Energy regulators, including Federal Energy Regulatory Commission Chairman Richard Glick, have recently called for mandatory pipeline cybersecurity standards. Although they have not revealed specifics, Biden administration officials have made statements to the press saying that new regulations are on the way in the near term, including financial penalty provisions. Congress is also considering several pieces of legislation that would make significant changes to the current energy cybersecurity landscape, including measures to coordinate regulation of pipeline security among the several agencies that currently exercise authority over various aspects of pipeline operations.


[1] As defined in the security directive, an “Information Technology System” means “any services, equipment, or interconnected systems or subsystems of equipment that are used in the automatic acquisition, storage, analysis, evaluation, manipulation, management, movement, control, display, switching, interchange, transmission, or reception of data or information that fall within the responsibility of the Owner/Operator to operate and maintain.” An “Operational Technology System” is “a general term that encompasses several types of control systems, including industrial control systems, supervisory control and data acquisition systems, distributed control systems, and other control system configurations, such as programmable logic controllers, fire control systems, and physical access control systems, often found in the industrial sector and critical infrastructure. Such systems consist of combinations of programmable electrical, mechanical, hydraulic, pneumatic devices or systems that interact with the physical environment or manage devices that interact with the physical environment.”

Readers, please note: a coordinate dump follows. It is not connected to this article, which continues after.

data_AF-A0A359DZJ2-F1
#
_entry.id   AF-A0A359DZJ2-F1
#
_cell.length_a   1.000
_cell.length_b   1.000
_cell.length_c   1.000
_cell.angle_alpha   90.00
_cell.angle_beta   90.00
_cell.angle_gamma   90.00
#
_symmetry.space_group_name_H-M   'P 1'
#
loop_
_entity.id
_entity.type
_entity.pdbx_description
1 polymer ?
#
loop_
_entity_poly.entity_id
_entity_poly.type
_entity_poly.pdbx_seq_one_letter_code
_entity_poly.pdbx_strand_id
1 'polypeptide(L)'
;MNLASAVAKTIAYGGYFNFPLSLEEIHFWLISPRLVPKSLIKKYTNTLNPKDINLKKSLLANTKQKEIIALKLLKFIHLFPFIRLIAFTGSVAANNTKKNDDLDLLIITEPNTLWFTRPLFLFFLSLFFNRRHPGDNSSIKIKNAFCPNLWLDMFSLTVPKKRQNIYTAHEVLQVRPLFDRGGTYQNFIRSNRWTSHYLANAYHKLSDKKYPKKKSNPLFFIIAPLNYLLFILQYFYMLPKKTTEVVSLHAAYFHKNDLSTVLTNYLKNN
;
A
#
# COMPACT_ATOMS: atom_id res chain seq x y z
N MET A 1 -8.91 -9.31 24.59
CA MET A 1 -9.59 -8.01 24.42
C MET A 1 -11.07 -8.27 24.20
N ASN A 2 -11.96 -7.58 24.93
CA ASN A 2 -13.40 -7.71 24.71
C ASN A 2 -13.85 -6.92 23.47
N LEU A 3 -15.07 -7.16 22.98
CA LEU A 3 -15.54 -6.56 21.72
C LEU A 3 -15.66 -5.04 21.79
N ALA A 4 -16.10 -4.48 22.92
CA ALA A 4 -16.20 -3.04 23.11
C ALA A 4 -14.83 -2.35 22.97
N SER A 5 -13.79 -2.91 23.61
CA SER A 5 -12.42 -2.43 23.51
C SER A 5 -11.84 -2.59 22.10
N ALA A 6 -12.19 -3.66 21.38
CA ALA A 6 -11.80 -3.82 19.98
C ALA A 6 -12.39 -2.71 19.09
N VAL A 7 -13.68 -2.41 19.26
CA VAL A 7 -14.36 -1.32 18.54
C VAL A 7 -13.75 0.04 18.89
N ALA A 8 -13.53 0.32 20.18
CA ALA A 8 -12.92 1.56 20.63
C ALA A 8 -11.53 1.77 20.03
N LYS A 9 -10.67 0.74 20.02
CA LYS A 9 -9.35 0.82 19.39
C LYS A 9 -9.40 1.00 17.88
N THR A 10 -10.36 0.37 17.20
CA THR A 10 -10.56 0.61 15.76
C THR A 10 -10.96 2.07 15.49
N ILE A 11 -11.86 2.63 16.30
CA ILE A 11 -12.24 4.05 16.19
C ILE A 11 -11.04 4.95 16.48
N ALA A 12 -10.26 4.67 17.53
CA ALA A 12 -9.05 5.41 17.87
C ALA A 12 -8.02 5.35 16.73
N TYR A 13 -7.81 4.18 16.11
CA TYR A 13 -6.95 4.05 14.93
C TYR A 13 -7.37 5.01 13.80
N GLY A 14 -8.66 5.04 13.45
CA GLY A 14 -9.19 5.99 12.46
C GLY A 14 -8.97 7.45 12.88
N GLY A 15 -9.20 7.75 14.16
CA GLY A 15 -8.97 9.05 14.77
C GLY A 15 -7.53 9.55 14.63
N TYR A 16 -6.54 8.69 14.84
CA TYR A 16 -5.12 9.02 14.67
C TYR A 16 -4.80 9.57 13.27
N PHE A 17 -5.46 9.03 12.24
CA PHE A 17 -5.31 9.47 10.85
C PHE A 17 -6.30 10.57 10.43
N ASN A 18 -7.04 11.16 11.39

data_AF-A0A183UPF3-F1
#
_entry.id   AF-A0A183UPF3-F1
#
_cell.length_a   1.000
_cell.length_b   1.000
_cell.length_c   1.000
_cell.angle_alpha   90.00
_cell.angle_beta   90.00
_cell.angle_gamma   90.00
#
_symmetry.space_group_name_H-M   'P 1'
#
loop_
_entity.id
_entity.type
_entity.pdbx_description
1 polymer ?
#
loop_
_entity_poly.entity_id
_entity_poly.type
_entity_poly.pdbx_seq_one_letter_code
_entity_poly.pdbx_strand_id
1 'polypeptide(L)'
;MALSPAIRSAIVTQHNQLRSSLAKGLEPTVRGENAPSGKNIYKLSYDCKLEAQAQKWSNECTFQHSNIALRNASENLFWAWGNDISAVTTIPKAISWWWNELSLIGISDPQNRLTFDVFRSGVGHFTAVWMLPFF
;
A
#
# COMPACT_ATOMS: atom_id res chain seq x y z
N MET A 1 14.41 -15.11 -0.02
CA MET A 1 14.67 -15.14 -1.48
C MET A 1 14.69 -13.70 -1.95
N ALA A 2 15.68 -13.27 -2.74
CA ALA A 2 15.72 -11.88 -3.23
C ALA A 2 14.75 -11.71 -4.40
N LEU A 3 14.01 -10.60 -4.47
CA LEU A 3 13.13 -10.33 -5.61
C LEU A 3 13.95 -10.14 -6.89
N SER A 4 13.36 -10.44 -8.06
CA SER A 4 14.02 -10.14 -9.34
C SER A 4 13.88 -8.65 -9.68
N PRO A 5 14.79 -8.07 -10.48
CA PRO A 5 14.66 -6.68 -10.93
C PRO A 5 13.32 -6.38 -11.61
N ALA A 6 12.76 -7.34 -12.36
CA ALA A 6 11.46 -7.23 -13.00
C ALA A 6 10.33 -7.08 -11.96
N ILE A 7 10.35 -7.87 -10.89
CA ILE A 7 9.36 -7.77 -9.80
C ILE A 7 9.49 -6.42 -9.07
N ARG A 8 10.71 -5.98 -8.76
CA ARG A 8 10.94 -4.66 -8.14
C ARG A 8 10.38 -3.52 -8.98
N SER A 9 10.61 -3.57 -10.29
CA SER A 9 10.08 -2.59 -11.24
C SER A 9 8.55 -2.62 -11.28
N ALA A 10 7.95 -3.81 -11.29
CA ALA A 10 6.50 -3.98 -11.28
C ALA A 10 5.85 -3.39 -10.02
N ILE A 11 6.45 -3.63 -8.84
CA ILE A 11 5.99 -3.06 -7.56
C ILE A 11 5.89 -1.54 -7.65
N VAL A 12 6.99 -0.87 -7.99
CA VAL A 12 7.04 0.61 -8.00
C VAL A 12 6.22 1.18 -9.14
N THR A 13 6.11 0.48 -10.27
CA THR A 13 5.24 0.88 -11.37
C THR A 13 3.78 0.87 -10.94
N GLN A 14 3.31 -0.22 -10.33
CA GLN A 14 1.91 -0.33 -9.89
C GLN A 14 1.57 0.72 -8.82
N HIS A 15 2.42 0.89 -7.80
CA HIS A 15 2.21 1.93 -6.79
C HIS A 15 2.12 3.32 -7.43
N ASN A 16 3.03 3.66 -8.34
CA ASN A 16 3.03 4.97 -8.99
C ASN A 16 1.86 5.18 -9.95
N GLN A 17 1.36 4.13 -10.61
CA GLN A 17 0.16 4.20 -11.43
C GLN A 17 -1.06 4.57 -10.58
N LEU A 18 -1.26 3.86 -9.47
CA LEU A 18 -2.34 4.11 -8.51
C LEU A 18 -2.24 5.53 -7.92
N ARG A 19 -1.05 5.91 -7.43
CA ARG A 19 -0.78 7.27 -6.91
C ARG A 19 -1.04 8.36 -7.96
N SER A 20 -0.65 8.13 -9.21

DISCLAIMER: Because of the generality of this update, the information provided herein may not be applicable in all situations and should not be acted upon without specific legal advice based on particular situations.